Personal details

Name
Adjunct Professor Nuala Byrne
Position(s)
Adjunct Professor
Faculty of Health,
School - Exercise and Nutrition Sciences
IHBI Membership
Institute of Health Biomedical Innovation (IHBI),
IHBI Health Projects,
IHBI Exercise and Nutrition - HDHS
Discipline *
Human Movement and Sports Science, Nutrition and Dietetics
Email
Location
View location details (QUT staff and student access only)
Qualifications

Doctor of Philosophy (Queensland University of Technology), MAppSc (Research) (Queensland University of Technology), BHMS (University of Queensland)

Professional memberships
and associations

 

* Field of Research code, Australian and New Zealand Standard Research Classification (ANZSRC), 2008

Biography

Prof Byrne undertakes mechanistic experimental research and clinically-relevant applied research in the aetiology, prevention, treatment and management of one of the world’s greatest current health challenges, obesity. This research is driven by the goal to assist the National agenda to prevent unhealthy weight gain, and to find better ways to help individuals who are already overweight/obese to achieve effective weight loss and to successfully prevent weight regain.  Prof Byrne undertook a Postdoctoral Fellowship in the Department of Nutrition Sciences, Division of Physiology and Metabolism, University of Alabama at Birmingham (UAB). At UAB, she provided expertise in the area of exercise training in the conduct of the NIH-funded ROMEO and JULIET diet and exercise interventions. Research findings from these studies have had a major impact on the modification of international guidelines for physical activity promotion and exercise prescription for the obese. Prof Byrne’s research is now conducted in the Institute of Health and Biomedical Innovation (IHBI) at QUT where she established the Energy Metabolism Group along with Co-Directors, Professor Andrew Hills, and more recently, Professor Neil King. Prof Byrne was awarded the prestigious Young Investigator Award in 2005 for the Australasian Association for the Study of Obesity (ASSO). In 2009 she was elected as President of the Australia and New Zealand Obesity Society (ANZOS; formally ASSO), the peak scientific and professional organisation for obesity prevention, treatment and management, becoming only the second non-medical practitioner to hold this appointment. In addition to her research responsibilities, Prof Byrne is Discipline Leader of the Exercise and Movement Science programs within the School of Exercise and Nutrition Sciences.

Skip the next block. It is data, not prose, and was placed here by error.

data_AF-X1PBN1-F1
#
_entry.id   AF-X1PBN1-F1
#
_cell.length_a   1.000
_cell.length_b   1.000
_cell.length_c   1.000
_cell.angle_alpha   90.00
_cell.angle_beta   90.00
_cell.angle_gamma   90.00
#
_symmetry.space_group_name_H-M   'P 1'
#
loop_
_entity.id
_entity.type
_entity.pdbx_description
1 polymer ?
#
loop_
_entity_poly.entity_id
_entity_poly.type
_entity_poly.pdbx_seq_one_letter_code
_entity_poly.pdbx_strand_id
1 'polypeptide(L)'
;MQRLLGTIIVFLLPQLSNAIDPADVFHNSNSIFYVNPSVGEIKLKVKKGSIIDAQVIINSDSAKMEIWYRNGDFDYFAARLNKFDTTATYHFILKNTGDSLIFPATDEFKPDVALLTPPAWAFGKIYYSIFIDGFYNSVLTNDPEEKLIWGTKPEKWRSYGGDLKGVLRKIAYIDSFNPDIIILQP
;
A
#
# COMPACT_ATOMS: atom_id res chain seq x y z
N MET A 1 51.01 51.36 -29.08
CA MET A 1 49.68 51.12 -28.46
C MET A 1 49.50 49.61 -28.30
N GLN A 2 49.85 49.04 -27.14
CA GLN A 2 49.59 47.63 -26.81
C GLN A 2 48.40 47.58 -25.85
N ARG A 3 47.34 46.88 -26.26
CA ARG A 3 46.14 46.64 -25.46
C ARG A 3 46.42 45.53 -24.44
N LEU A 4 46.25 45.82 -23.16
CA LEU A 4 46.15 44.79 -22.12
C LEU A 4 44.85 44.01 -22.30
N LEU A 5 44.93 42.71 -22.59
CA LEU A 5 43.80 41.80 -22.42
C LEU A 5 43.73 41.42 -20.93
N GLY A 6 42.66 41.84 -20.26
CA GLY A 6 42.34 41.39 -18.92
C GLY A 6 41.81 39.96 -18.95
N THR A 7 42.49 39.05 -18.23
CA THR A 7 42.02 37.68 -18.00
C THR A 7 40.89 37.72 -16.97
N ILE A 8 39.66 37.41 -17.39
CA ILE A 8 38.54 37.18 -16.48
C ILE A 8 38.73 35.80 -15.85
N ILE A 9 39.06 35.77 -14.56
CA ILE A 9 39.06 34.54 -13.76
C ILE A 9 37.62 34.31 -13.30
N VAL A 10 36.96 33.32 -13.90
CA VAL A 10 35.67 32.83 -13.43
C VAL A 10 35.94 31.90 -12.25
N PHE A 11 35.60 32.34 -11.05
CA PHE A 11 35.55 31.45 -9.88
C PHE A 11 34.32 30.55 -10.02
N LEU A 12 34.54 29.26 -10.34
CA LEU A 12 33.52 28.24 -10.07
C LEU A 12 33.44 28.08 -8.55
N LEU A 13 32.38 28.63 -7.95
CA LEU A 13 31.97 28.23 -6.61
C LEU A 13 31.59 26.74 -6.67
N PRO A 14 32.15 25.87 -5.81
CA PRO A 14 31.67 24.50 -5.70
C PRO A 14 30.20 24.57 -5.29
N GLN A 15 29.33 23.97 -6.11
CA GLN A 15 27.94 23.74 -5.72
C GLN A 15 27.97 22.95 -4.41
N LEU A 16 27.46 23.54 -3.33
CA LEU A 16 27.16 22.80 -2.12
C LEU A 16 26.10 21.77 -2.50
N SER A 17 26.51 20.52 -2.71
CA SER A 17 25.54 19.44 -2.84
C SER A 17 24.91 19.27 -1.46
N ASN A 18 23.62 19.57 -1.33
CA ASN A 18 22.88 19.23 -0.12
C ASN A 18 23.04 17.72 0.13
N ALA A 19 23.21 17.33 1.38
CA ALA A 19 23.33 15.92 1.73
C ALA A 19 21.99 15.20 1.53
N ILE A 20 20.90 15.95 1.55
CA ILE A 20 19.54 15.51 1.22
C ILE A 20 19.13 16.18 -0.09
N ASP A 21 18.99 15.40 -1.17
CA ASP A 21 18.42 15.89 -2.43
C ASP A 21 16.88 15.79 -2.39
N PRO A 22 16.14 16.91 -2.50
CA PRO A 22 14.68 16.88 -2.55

Research Highlights 

  • 2004-6 NHMRC Project Grant (CIB): Energy cost of self-paced walking. The extent of the impact of this research can be demonstrated by a publication in the Journal of Applied Physiology that was cited in the “Year Book of Sports Medicine” for 2006. The Year Book highlights articles identified as the year’s breakthrough developments in sports medicine, selected from more than 500 journals worldwide.
  • 2004-2007 managed the QUT arm of a large ($750,000) NHMRC Type 2 Diabetes Partnership Grant in collaboration with colleagues from the University of Queensland.
  • 2005-2009 ATN Universities Research Challenge ($1,985,000) to develop and fund the ATN Centre for Metabolic Fitness over a 5-year period. The focus of the Centre was to support research into diet and lifestyle strategies to optimise health and reduce the burden of obesity-related disease.
  • 2008-2010 NHMRC Project Grant (AI): ‘The effect of diet and exercise on the metabolic, histologic and inflammatory consequences of chronic liver diseases.’ (Hickman I, Macdonald G, Prins J, O’Moore-Sullivan T, Byrne NM, Hills AP) ($517,000).
  • 2008-2011 NHMRC Project Grant (CIA): Improving long-term weight loss by deactivating the human famine reaction ($771,000).